Penetrating Diaphragmatic Injury: A Lesson Learnt After Laparotomy
S Singla, S Bhoriwal, T S Chauhan, R Kaswan, S Sharma., M Chebi
diaphragmatic hernia, diaphragmatic injury
S Singla, S Bhoriwal, T S Chauhan, R Kaswan, S Sharma., M Chebi. Penetrating Diaphragmatic Injury: A Lesson Learnt After Laparotomy. The Internet Journal of Surgery. 2013 Volume 30 Number 1.
Traumatic diaphragmatic injuries still are difficult to diagnose; it needs a high index of suspicion in patients having severe thoracoabdominal blunt or penetrating trauma. To diagnose them accurately, poses a challenge to trauma surgeons, especially in cases of small injuries, which later may be diagnosed as diaphragmatic hernias, and their complications. An emergency laparotomy followed by repair of the defect is gold standard in the management of these patients. Herein, we report a case of penetrating diaphragmatic injury in a young female having multiple stab wounds on the left side of the chest and the abdomen with a chest x-ray showing air under the right dome of the diaphragm.
Diaphragmatic injuries remain a diagnostic challenge due to variable clinical presentation, frequent presence of other multi-system injuries, like hemo-pneumothorax and multiple rib fractures, pelvic fractures, blunt abdominal trauma with hepatic and splenic injuries and head injuries, which draw attention away from the diaphragm, and lack of a single reliable diagnostic modality. These injuries are associated with a mortality rate of about 5.5-51% and are missed in up to 30% of cases on initial evaluation.1,2 Owing to its high mobility, injuries in the diaphragm do not heal spontaneously and can lead to catastrophic outcomes like visceral herniation and strangulation in the later period and pulmonary morbidity, raising the mortality up to 30-80%.3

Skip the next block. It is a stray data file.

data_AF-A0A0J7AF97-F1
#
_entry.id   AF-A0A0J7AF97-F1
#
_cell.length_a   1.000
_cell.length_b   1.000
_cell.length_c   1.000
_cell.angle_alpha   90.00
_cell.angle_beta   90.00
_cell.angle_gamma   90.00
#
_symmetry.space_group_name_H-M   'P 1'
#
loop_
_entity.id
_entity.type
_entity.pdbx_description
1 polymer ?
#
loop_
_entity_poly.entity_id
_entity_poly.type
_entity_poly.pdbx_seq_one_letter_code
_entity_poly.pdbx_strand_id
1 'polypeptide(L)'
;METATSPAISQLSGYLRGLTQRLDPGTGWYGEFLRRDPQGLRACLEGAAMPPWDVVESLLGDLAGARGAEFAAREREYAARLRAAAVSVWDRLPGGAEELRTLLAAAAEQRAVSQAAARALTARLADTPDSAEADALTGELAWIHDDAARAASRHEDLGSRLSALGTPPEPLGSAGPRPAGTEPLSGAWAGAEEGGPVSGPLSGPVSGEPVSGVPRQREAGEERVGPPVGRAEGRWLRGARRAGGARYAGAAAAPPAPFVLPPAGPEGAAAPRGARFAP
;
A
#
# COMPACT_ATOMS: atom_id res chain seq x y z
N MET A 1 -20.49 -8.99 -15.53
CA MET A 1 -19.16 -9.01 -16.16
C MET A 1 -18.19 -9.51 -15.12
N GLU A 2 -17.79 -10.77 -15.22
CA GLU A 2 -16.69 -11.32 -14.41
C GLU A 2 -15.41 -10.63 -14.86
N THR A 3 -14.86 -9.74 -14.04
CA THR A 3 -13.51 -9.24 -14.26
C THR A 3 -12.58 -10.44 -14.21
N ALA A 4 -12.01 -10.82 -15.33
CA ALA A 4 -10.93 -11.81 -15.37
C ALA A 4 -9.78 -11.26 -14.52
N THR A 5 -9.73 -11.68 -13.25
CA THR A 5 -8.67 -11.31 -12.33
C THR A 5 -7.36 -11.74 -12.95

A young female of 24 years with 13-week pregnancy was brought to our accident and emergency department within 6 hours after multiple stab injuries. On examination, she was conscious, the airway was patent and secured, breathing was spontaneous and the chest was moving equally on both sides, but there were diminished breath sounds on auscultation in left side of the chest. An intercostal chest tube was put in immediately and a gush of air came out, followed by approximately 300ml of blood. Her vitals were: pulse rate, 84 per minute; blood pressure 124/80mmHg. There were three stab injuries, the first in the left fourth intercostal space 5cm lateral to the sternum, the second in the eighth left intercostal space 4cm lateral to the sternum and the third in the left lumbar region of the abdomen. FAST (focused assessment with sonography for trauma) was negative. Chest x-ray showed air under the right dome of the diaphragm and an expanded left lung. A provisional diagnosis of penetrating injury of the chest and abdomen with hemo-pneumothorax and traumatic gut perforation was made and the patient was immediately shifted to the emergency operation room. An exploratory laparotomy was done. There was no free fluid in the peritoneal cavity and all hollow and solid viscera were normal. On meticulous examination, finally a rent of 2×1cm was found in the left dome of the diaphragm, which was repaired using polypropylene 2-0 in interrupted manner. The intercostal tube on the left side was removed after three days. The patient was discharged on the 6th post operative day and there was no postoperative complication on a regular follow-up of 6 months.